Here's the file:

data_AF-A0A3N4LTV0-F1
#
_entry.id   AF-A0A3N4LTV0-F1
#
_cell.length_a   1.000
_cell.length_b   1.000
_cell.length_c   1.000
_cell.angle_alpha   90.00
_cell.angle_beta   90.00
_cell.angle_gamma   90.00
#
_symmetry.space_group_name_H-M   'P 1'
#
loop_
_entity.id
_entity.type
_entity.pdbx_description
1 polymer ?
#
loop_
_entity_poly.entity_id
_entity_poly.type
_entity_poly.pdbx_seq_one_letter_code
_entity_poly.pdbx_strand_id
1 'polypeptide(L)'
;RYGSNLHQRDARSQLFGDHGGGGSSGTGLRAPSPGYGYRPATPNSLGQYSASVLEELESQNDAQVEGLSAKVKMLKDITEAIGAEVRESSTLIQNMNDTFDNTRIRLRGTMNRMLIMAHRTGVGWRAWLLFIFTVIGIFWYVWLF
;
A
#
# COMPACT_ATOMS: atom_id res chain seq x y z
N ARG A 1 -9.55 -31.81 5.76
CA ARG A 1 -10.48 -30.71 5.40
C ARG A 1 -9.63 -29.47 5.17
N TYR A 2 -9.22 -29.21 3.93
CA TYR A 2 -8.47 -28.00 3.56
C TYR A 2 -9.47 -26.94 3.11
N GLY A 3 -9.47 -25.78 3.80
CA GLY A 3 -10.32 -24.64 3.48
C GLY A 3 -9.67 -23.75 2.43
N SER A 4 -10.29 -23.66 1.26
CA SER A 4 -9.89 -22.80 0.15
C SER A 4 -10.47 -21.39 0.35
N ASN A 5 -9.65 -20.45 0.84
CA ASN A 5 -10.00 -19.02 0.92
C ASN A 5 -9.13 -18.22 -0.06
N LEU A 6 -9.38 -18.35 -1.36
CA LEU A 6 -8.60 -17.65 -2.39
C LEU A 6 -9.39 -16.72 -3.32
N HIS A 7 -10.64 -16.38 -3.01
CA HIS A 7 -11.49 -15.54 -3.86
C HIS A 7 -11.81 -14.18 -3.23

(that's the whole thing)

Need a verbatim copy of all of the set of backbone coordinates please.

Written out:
data_AF-A0A3N4LTV0-F1
#
_entry.id   AF-A0A3N4LTV0-F1
#
_cell.length_a   1.000
_cell.length_b   1.000
_cell.length_c   1.000
_cell.angle_alpha   90.00
_cell.angle_beta   90.00
_cell.angle_gamma   90.00
#
_symmetry.space_group_name_H-M   'P 1'
#
loop_
_entity.id
_entity.type
_entity.pdbx_description
1 polymer ?
#
loop_
_entity_poly.entity_id
_entity_poly.type
_entity_poly.pdbx_seq_one_letter_code
_entity_poly.pdbx_strand_id
1 'polypeptide(L)'
;RYGSNLHQRDARSQLFGDHGGGGSSGTGLRAPSPGYGYRPATPNSLGQYSASVLEELESQNDAQVEGLSAKVKMLKDITEAIGAEVRESSTLIQNMNDTFDNTRIRLRGTMNRMLIMAHRTGVGWRAWLLFIFTVIGIFWYVWLF
;
A
#
# COMPACT_ATOMS: atom_id res chain seq x y z
N ARG A 1 -9.55 -31.81 5.76
CA ARG A 1 -10.48 -30.71 5.40
C ARG A 1 -9.63 -29.47 5.17
N TYR A 2 -9.22 -29.21 3.93
CA TYR A 2 -8.47 -28.00 3.56
C TYR A 2 -9.47 -26.94 3.11
N GLY A 3 -9.47 -25.78 3.80
CA GLY A 3 -10.32 -24.64 3.48
C GLY A 3 -9.67 -23.75 2.43
N SER A 4 -10.29 -23.66 1.26
CA SER A 4 -9.89 -22.80 0.15
C SER A 4 -10.47 -21.39 0.35
N ASN A 5 -9.65 -20.45 0.84
CA ASN A 5 -10.00 -19.02 0.92
C ASN A 5 -9.13 -18.22 -0.06
N LEU A 6 -9.38 -18.35 -1.36
CA LEU A 6 -8.60 -17.65 -2.39
C LEU A 6 -9.39 -16.72 -3.32
N HIS A 7 -10.64 -16.38 -3.01
CA HIS A 7 -11.49 -15.54 -3.86
C HIS A 7 -11.81 -14.18 -3.23